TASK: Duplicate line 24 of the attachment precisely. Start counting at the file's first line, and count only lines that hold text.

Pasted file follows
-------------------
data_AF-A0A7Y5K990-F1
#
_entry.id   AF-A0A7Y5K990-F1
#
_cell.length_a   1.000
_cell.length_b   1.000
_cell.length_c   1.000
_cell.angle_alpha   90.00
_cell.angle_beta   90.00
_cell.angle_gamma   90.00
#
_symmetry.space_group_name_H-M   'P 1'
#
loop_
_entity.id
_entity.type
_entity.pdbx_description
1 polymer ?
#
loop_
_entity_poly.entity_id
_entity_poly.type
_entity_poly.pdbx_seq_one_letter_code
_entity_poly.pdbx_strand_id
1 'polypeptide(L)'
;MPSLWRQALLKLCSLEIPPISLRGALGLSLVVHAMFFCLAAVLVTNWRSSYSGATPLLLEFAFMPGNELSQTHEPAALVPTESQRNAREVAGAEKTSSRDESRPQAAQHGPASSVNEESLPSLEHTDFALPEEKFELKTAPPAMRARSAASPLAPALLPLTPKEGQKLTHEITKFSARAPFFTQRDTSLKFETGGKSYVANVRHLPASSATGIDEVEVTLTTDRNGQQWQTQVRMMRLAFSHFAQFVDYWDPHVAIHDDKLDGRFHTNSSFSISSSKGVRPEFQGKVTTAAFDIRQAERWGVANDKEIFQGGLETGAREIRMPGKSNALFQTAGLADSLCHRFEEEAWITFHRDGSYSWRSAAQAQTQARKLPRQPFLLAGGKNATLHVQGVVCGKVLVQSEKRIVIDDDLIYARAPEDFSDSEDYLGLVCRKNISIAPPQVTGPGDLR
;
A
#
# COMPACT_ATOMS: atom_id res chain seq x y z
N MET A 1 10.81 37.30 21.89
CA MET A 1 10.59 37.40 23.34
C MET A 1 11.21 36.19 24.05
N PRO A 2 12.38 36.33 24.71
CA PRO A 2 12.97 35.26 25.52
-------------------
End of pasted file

_entity_poly.pdbx_strand_id